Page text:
IT never used to rain on International Business Machines Corporation, the embodiment of corporate success. Now the company needs more than an umbrella - it is caught in a torrent of trouble.
During the last year, the company's stock-market value has fallen about $30 billion from its high point. On Jan. 19, IBM reported a 1992 loss of $4.97 billion. Shareholders, rattled by the losses, have pressed the computer giant to put on its hip waders.
On Tuesday, IBM's directors reacted to the downpour. The company, based in Armonk, N.Y., announced that John Akers would step down as chief executive officer (CEO), while retaining his title as chairman. In addition, in a move to conserve cash, IBM said it would slash its quarterly dividend of $1.21 a share.
"In the long run this will help the company restructure itself," says William Gorman, a vice president in the equity research department at Provident National Corporation, a Philadelphia bank. However, Mr. Gorman notes that the problems at IBM could not be blamed on one person. "Replacing Akers does not mean the company is turning around," says Gorman.
IBM made the move during a time of great outside pressures. "The timing was exacerbated by external pressures - shareholder pressures, press pressures, ex-IBM senior management pressures, Wall Street pressures," says IBM observer and management consultant Sam Albert of Sam Albert Associates in Scarsdale, N.Y.
Some of those outside forces think IBM is moving in the right direction. "I am impressed with the board; they are more active than Sears or General Motors," says Kit Bingham, research director at LENS Inc., a Washington-based activist investment firm.
RALPH WHITWORTH, president of the United Shareholders Association, calls IBM's actions "welcome changes." He met with a senior IBM official earlier this month to ask that the company's outside directors take a stronger role and that executive pay be linked to the stock price.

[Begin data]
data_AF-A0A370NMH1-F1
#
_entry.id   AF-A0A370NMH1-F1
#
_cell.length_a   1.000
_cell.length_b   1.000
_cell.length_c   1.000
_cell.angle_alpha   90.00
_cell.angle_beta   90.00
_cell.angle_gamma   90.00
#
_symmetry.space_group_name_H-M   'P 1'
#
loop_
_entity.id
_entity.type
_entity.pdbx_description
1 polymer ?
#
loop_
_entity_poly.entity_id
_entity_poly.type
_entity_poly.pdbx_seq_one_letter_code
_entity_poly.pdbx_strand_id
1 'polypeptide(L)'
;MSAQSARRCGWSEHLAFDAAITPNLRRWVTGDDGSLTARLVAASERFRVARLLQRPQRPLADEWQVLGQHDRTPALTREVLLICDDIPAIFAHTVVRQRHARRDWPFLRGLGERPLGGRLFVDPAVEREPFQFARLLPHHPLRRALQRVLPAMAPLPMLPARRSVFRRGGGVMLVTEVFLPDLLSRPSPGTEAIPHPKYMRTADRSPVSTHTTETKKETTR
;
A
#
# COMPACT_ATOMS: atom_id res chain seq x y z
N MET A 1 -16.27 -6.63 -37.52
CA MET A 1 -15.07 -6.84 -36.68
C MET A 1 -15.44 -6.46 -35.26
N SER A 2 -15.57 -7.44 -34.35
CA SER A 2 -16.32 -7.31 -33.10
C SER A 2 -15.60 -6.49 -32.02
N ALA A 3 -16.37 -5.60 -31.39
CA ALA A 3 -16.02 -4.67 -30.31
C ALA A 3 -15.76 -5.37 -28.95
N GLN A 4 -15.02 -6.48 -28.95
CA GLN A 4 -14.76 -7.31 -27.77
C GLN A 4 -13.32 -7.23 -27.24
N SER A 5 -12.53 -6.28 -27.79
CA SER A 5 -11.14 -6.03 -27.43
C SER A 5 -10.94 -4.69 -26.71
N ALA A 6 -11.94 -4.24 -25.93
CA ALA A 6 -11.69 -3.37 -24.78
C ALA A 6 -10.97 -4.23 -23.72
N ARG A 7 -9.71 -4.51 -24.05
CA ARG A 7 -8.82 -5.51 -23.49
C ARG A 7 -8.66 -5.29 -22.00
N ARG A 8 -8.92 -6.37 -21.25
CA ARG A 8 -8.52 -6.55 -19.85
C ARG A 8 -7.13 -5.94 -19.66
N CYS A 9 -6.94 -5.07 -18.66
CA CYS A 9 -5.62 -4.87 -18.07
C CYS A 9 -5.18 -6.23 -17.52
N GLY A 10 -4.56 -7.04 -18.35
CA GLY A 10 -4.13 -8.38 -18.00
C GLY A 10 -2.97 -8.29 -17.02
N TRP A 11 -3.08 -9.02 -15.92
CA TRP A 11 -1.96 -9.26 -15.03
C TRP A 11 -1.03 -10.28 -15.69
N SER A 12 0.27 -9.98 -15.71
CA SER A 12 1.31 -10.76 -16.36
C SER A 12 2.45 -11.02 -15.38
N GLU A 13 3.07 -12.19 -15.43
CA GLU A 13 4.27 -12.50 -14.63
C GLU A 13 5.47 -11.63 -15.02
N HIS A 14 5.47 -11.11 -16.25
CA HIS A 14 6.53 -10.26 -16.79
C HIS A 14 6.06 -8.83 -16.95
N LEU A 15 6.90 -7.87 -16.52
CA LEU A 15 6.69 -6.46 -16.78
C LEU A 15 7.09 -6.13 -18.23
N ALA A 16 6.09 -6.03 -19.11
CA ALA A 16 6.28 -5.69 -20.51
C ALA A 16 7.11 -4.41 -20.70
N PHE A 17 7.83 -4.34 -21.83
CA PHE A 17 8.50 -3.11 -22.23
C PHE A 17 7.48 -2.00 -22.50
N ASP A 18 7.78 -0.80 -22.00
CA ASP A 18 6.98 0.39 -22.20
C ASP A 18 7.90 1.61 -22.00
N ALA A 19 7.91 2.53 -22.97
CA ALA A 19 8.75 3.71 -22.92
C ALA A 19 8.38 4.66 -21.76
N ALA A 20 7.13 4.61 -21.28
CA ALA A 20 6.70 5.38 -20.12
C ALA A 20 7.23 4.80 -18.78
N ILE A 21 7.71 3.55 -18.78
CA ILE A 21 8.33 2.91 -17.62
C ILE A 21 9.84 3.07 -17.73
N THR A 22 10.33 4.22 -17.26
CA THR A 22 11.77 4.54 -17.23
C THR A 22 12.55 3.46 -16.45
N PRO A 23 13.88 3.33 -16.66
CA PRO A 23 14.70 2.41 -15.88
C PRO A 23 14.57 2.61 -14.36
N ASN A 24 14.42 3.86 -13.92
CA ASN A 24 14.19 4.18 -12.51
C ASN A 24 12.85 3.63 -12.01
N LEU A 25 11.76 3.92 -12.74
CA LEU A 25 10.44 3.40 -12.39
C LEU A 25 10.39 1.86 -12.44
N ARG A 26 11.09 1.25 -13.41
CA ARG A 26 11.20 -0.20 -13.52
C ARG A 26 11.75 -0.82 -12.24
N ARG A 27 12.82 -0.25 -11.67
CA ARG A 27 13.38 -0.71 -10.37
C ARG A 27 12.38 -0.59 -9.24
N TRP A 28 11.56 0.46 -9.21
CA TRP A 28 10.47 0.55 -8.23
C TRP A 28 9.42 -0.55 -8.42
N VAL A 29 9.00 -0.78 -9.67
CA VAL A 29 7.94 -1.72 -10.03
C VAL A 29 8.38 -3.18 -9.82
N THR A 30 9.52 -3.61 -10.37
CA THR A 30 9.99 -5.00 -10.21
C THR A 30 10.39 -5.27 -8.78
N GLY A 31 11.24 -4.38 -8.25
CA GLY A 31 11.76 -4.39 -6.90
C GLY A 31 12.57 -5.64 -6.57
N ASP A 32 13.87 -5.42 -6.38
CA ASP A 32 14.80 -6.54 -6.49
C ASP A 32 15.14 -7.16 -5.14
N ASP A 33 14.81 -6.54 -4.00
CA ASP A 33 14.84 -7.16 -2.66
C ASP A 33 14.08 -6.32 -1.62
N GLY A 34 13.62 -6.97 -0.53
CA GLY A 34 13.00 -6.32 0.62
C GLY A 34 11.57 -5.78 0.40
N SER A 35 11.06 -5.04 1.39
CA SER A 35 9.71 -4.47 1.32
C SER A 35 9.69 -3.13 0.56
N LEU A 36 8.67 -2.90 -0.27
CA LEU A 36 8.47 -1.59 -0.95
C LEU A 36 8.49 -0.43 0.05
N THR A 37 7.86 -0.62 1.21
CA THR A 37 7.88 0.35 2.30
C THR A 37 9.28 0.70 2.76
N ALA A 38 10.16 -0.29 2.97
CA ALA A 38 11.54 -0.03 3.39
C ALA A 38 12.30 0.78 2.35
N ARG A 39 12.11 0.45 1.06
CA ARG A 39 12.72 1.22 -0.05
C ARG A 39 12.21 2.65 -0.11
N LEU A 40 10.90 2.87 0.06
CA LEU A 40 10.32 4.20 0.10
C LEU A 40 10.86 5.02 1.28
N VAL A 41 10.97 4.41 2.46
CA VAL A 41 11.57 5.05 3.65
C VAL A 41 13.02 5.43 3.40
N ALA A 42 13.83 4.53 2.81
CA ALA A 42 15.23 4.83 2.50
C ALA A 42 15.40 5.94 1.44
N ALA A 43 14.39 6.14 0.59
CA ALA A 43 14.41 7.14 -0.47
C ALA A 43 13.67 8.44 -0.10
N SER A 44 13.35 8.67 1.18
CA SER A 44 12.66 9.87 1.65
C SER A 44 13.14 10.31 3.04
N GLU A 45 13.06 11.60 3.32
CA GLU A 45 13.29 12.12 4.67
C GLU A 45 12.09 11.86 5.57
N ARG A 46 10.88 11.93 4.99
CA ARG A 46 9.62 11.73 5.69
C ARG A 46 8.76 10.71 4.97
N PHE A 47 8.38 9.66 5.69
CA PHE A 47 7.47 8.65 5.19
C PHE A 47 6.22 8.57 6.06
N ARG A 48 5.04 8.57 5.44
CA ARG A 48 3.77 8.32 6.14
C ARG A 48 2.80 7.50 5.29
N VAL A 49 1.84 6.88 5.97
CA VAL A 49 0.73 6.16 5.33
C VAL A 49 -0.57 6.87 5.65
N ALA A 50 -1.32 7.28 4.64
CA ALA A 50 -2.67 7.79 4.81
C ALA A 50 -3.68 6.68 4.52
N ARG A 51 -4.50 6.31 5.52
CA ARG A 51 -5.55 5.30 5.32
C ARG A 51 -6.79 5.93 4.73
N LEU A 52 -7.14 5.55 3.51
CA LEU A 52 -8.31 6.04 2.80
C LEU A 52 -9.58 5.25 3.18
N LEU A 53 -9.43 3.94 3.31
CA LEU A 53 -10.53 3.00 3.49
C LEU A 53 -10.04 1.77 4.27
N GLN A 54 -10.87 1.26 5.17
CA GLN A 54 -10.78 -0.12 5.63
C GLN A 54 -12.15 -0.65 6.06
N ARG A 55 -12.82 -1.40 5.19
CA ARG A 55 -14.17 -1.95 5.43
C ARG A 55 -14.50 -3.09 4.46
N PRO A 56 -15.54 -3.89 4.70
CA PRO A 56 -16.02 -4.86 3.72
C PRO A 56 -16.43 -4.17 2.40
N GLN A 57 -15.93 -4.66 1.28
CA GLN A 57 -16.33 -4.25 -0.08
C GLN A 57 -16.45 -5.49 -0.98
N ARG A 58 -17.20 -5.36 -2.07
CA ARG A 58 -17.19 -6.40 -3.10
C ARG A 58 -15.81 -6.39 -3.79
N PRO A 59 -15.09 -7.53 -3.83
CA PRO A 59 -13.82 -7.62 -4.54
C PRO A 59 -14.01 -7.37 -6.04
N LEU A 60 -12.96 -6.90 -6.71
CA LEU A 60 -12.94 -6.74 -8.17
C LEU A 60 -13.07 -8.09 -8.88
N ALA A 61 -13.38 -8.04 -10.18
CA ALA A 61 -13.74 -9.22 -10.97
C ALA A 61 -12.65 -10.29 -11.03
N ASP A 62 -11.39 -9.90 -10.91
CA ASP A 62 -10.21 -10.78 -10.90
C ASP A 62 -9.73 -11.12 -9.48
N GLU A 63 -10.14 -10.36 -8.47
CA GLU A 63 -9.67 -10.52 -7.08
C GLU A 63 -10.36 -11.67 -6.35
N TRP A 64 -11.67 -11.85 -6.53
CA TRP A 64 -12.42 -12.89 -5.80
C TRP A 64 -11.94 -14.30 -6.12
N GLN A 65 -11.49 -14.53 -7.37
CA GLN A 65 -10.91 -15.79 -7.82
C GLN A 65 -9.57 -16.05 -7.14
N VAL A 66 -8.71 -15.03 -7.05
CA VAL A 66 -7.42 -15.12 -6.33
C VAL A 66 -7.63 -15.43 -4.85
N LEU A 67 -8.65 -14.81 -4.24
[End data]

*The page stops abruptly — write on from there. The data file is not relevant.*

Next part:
Even before Tuesday's announcement, Akers and the IBM board had been in the process of restructuring the company from a vertically structured company into more-autonomous businesses. IBM is breaking up into 13 different business units. Those units are also splitting up into smaller groups as well. "They are getting into the situation of being more nimble, lean, mean and accountable," Mr. Albert says.
The downsizing is part of the parent company's attempts to react to changing business trends more quickly. Computer users have been shifting over from large mainframe computers, IBM's traditional stronhold, to more decentralized types of computing that are less expensive.
IBM has made headway in the area of desktop workstation computers, where its sales are growing by 25 to 30 percent a year and now stand at $1 billion. But "with IBM's revenues of $65 billion, a billion in sales does not matter that much," Gorman says.
As sales have fallen, the company has tried to control its expenses. Since March of 1991, IBM has reduced its worldwide work force by 70,000 and the company has said it will eliminate another 25,000 jobs in 1993.
IBM says it will consider candidates to replace Akers from both inside and outside the company. The company expects the search for a new CEO to take about 90 days. An outsider might take a while to get used to IBM's culture. Employees are known for their extreme dedication to the company. Some of the computer industry's most successful entrepreneurs, such as Ross Perot, found they did not fit into the IBM mold. However, Gorman says an outsider would "do just fine."